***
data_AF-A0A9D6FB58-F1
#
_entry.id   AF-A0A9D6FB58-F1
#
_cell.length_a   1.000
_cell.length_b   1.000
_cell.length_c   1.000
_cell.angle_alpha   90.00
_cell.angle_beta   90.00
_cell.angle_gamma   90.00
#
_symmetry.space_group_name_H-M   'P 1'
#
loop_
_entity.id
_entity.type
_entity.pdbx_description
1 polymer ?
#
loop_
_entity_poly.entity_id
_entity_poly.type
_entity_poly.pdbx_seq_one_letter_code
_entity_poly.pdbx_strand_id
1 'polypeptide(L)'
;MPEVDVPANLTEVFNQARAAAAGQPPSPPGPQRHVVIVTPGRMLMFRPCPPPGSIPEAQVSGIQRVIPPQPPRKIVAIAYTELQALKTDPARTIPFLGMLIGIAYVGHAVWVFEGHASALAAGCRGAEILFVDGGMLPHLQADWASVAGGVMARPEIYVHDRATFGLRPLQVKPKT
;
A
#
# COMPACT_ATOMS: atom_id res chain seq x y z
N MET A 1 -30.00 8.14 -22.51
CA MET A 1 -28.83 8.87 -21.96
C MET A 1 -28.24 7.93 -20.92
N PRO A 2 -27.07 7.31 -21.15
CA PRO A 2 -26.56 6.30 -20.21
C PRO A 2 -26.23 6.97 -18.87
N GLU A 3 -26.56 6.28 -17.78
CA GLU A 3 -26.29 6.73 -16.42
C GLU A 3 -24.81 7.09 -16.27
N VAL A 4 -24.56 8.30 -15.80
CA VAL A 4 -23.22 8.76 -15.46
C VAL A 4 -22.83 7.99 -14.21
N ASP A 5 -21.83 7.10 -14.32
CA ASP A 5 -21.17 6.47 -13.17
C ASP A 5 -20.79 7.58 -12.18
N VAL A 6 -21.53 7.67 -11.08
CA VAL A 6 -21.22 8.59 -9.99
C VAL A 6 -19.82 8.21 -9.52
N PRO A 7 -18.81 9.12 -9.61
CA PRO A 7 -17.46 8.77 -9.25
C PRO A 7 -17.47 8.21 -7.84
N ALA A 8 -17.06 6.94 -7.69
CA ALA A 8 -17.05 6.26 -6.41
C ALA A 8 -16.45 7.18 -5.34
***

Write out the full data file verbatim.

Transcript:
data_AF-A0A9D6FB58-F1
#
_entry.id   AF-A0A9D6FB58-F1
#
_cell.length_a   1.000
_cell.length_b   1.000
_cell.length_c   1.000
_cell.angle_alpha   90.00
_cell.angle_beta   90.00
_cell.angle_gamma   90.00
#
_symmetry.space_group_name_H-M   'P 1'
#
loop_
_entity.id
_entity.type
_entity.pdbx_description
1 polymer ?
#
loop_
_entity_poly.entity_id
_entity_poly.type
_entity_poly.pdbx_seq_one_letter_code
_entity_poly.pdbx_strand_id
1 'polypeptide(L)'
;MPEVDVPANLTEVFNQARAAAAGQPPSPPGPQRHVVIVTPGRMLMFRPCPPPGSIPEAQVSGIQRVIPPQPPRKIVAIAYTELQALKTDPARTIPFLGMLIGIAYVGHAVWVFEGHASALAAGCRGAEILFVDGGMLPHLQADWASVAGGVMARPEIYVHDRATFGLRPLQVKPKT
;
A
#
# COMPACT_ATOMS: atom_id res chain seq x y z
N MET A 1 -30.00 8.14 -22.51
CA MET A 1 -28.83 8.87 -21.96
C MET A 1 -28.24 7.93 -20.92
N PRO A 2 -27.07 7.31 -21.15
CA PRO A 2 -26.56 6.30 -20.21
C PRO A 2 -26.23 6.97 -18.87
N GLU A 3 -26.56 6.28 -17.78
CA GLU A 3 -26.29 6.73 -16.42
C GLU A 3 -24.81 7.09 -16.27
N VAL A 4 -24.56 8.30 -15.80
CA VAL A 4 -23.22 8.76 -15.46
C VAL A 4 -22.83 7.99 -14.21
N ASP A 5 -21.83 7.10 -14.32
CA ASP A 5 -21.17 6.47 -13.17
C ASP A 5 -20.79 7.58 -12.18
N VAL A 6 -21.53 7.67 -11.08
CA VAL A 6 -21.22 8.59 -9.99
C VAL A 6 -19.82 8.21 -9.52
N PRO A 7 -18.81 9.12 -9.61
CA PRO A 7 -17.46 8.77 -9.25
C PRO A 7 -17.47 8.21 -7.84
N ALA A 8 -17.06 6.94 -7.69
CA ALA A 8 -17.05 6.26 -6.41
C ALA A 8 -16.45 7.18 -5.34